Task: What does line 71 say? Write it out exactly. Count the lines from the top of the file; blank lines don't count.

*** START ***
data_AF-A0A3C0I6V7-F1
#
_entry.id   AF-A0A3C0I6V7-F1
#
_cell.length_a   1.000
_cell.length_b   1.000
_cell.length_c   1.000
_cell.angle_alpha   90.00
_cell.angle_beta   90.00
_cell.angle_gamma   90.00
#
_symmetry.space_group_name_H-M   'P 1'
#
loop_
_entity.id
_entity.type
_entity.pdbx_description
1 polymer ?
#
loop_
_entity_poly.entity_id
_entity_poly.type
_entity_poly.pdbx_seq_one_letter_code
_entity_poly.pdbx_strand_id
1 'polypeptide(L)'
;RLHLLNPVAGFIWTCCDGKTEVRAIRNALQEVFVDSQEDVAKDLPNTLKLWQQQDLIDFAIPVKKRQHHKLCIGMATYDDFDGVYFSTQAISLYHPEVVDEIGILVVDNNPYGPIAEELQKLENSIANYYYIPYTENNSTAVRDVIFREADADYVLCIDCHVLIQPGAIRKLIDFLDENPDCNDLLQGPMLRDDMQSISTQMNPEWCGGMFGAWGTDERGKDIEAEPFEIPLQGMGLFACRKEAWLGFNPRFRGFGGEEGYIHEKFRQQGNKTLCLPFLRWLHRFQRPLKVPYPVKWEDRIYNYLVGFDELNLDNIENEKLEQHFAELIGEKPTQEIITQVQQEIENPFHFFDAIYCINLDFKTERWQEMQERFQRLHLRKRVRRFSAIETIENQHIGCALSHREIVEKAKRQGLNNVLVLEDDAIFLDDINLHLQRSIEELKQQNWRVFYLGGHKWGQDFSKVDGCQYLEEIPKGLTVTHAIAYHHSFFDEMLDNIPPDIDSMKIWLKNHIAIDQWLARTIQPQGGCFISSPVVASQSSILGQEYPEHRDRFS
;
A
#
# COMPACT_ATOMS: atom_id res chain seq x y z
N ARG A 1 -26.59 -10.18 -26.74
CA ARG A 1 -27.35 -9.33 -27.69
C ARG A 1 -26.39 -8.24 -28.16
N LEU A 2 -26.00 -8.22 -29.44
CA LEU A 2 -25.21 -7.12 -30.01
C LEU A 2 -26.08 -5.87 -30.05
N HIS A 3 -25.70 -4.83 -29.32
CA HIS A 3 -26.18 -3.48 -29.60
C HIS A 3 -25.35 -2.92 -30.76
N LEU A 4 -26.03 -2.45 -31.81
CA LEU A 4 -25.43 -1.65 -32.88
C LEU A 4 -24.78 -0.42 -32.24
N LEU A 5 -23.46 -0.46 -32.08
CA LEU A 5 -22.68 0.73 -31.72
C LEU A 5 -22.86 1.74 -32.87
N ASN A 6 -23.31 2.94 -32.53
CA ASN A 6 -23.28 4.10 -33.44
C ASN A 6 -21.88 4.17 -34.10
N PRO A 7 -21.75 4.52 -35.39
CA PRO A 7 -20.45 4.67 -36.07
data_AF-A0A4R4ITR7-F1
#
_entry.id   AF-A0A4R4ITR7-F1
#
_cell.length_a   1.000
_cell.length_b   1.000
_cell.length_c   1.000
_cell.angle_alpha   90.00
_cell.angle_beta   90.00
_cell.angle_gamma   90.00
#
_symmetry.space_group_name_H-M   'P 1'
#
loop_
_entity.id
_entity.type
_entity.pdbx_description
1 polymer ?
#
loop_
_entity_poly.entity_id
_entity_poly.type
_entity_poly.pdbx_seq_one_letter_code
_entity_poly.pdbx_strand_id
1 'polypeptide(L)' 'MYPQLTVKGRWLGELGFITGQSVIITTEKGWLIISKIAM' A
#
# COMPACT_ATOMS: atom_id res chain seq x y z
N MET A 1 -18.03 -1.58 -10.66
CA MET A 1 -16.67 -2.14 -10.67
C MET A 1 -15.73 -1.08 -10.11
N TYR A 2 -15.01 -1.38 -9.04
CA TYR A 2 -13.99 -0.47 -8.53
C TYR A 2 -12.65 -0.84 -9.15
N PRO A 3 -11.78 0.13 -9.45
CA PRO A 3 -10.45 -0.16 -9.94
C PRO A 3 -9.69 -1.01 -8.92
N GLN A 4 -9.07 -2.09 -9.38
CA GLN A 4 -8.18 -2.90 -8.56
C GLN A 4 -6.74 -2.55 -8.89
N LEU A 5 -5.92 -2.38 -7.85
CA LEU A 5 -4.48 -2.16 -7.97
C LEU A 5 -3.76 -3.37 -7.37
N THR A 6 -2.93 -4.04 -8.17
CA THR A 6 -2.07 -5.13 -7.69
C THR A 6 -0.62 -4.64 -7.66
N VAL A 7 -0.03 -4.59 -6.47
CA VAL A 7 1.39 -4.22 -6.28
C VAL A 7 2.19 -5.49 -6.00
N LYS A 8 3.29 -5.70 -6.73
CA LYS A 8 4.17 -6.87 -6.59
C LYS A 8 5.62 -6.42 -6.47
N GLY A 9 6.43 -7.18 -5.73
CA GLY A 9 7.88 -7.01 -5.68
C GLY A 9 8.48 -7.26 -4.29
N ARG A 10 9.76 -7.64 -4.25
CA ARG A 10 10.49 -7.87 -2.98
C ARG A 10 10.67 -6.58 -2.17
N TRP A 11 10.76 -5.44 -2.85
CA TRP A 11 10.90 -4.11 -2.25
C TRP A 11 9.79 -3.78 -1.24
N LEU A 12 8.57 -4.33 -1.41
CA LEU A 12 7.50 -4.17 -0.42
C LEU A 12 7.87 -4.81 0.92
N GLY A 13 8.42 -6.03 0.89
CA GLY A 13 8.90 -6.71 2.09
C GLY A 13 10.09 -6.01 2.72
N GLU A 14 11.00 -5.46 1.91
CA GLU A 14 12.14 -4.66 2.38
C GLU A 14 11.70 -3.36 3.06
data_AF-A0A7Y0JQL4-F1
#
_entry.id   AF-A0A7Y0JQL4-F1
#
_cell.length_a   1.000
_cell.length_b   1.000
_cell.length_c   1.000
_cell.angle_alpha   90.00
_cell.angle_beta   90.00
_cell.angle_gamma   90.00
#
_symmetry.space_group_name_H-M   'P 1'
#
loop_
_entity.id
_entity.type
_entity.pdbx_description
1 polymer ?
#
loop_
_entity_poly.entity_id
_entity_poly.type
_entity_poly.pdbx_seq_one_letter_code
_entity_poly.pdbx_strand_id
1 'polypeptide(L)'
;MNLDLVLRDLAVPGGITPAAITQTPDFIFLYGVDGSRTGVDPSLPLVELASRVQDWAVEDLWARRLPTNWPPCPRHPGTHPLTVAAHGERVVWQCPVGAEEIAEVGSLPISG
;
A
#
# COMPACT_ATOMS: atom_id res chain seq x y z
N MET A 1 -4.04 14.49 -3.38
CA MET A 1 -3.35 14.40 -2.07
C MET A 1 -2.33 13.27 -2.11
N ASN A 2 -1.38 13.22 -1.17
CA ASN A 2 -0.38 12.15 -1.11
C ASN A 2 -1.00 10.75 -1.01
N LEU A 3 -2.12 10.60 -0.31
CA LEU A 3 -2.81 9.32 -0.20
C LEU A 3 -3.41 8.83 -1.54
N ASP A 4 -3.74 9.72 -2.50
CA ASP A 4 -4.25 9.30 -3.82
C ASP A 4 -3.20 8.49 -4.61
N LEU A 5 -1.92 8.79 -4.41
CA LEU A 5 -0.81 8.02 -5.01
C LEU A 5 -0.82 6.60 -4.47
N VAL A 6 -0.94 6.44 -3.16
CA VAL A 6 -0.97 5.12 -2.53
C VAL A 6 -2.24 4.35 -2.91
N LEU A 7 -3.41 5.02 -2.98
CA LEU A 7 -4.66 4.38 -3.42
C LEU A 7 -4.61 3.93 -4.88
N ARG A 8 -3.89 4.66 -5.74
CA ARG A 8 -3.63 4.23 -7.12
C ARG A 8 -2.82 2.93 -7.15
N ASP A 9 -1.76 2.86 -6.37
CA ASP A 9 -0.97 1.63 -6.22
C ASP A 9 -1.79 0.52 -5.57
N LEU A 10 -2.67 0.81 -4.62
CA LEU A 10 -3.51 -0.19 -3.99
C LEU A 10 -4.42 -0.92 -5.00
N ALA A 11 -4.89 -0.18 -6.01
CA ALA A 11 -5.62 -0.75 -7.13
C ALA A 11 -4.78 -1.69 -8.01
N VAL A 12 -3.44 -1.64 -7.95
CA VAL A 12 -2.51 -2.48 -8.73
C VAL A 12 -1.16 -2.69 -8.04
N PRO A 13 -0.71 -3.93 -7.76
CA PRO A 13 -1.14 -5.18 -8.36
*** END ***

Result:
_entity_poly.entity_id